A Good Kind of Trouble

By Lisa Moore Ramée,

Book cover of A Good Kind of Trouble

Book description

From debut author Lisa Moore Ramee comes this funny and big-hearted debut middle grade novel about friendship, family, and standing up for what's right, perfect for fans of Angie Thomas's The Hate U Give and the novels of Renee Watson and Jason Reynolds.

Twelve-year-old Shayla is allergic to trouble. All…


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Why read it?

6 authors picked A Good Kind of Trouble as one of their favorite books. Why do they recommend it?

A Good Kind of Trouble is the beautiful story that follows the main character, Shayla, as she learns to use her voice and speak up for things that matters to her. The book has everything I love in a middle grade novel like humor and heart (Lisa is a master at describing junior high friendships and crushes!), but also engages honestly with the reader about important things like racism and social justice. This book can serve as a fantastic conversation starter for kids and parents and kids and teachers.

From Jasmine's list on middle grade with heart and honesty.

Twelve-year-old Shayla prefers to follow the rules. But now in that she’s in middle school, she’s no longer sure what the rules are. Her sister is involved in Black Lives Matter, which Shayla doesn’t think is for her. After a protest, she starts wearing an armband to school in support of BLM.

Over the course of the story, Shayla learns to face her fear and do what she knows is right, even if it impacts her friendships. This story deals with difficult questions of belonging, especially when it comes to race and taking a stand on things that matter.

From Jessica's list on the ins and outs of friendship.

Sometimes seeking justice means pushing on the status quo, both in yourself and in your world. Shayla faces challenges at home, at school, and in her community—her sister has become involved in Black Lives Matter and challenges Shayla’s identity as a black person, her multiracial friend group from elementary school fractures under the pressures of junior high, and a police shooting in her community and the resulting trial has raised tensions in her town. Shalya has to decide what’s important to her and when and how to stand up for what she believes in.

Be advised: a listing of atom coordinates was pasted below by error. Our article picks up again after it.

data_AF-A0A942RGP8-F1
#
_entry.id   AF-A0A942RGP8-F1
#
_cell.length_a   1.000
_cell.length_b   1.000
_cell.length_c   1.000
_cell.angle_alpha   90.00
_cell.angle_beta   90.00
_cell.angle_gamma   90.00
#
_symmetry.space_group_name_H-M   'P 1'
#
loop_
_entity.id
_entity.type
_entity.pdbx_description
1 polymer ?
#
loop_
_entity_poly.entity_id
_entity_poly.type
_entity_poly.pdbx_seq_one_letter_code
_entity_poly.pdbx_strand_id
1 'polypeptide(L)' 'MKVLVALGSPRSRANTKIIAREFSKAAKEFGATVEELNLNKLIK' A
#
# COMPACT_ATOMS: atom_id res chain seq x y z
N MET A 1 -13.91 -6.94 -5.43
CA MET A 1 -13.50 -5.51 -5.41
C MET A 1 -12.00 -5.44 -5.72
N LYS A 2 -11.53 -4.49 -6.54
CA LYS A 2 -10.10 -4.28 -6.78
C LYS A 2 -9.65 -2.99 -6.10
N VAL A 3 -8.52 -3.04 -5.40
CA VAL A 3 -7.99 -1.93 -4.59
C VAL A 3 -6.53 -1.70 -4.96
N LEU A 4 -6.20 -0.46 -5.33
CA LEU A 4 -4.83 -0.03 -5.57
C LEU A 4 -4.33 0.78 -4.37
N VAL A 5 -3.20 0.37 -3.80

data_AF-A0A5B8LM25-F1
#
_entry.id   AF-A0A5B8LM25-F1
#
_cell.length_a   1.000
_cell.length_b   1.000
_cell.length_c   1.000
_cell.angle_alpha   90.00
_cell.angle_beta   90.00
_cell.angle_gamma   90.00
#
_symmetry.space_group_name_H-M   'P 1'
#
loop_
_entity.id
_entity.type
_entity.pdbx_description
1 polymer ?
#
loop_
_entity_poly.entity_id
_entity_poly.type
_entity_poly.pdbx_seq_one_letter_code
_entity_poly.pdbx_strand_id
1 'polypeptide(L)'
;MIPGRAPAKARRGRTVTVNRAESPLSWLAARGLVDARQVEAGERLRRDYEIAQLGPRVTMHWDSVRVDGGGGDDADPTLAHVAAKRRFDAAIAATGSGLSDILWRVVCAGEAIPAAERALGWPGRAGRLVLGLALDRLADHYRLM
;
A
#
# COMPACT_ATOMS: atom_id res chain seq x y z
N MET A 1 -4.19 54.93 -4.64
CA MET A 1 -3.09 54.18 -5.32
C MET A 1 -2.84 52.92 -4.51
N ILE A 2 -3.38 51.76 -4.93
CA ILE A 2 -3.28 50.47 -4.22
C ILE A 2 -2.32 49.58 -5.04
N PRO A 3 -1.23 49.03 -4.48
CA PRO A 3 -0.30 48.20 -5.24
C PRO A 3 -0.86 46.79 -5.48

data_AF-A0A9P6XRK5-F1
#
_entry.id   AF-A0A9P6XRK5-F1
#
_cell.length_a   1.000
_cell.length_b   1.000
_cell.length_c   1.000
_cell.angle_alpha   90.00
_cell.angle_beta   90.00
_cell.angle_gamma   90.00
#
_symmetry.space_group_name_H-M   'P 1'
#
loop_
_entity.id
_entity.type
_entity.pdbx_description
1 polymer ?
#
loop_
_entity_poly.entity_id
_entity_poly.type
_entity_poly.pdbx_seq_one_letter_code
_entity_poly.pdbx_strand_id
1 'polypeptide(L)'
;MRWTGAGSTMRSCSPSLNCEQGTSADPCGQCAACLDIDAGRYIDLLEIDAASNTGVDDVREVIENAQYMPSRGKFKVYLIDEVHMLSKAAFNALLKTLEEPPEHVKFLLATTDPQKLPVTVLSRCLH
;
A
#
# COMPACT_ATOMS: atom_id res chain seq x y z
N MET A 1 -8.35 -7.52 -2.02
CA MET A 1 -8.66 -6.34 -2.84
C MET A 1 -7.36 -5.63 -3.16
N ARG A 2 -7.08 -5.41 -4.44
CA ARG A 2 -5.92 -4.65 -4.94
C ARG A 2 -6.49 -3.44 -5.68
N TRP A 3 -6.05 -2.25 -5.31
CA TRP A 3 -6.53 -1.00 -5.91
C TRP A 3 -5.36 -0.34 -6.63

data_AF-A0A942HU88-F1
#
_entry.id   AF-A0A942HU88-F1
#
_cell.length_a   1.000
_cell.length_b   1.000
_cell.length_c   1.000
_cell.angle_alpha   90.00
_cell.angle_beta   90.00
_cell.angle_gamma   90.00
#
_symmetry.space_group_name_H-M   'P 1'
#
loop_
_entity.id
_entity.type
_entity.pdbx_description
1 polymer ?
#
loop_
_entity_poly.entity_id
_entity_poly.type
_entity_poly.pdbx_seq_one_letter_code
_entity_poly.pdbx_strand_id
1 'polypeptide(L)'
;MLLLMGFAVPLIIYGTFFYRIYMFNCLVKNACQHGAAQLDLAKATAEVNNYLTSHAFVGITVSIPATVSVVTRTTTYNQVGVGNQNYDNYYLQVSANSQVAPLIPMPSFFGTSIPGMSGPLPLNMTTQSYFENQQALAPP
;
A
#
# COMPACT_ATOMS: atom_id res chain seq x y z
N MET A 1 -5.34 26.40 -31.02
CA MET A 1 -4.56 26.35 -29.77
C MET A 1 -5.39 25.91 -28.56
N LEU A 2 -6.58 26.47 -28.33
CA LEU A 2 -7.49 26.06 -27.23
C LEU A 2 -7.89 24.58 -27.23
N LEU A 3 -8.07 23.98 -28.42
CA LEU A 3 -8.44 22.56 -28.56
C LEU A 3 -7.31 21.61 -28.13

This cover caught my eye with the black armband, instantly reminding me of the important Supreme Court case, Tinker v. Des Moines, which focused on students’ rights to protest at school. Despite dealing with heavy subject matter, this book had me laughing as the main character Shayla comments on her middle school life—frightening lab partners, her four-inch forehead, or the dorky gym shorts she has to wear for PE. Shayla is the perfect hero to root for as she fights against her own itchy-hand allergy for trouble to stand up for what’s right. Plus, I loved her call out…

From Bridget's list on for kids that want to change the world.

I appreciated how generous and kind this novel is while not flinching from difficult truths–and still managing to end with hope.

From Rebecca's list on good allyship.

A Good Kind of Trouble is a relevant and heartfelt story with dashes of humor and thought-provoking themes. Shayla has no desire to cause any trouble until she attends a protest with her family and decides to take a stand. This book is a perfect example of how girls can be brave just by asking questions and taking on difficult challenges.

From Anne's list on brave girls.

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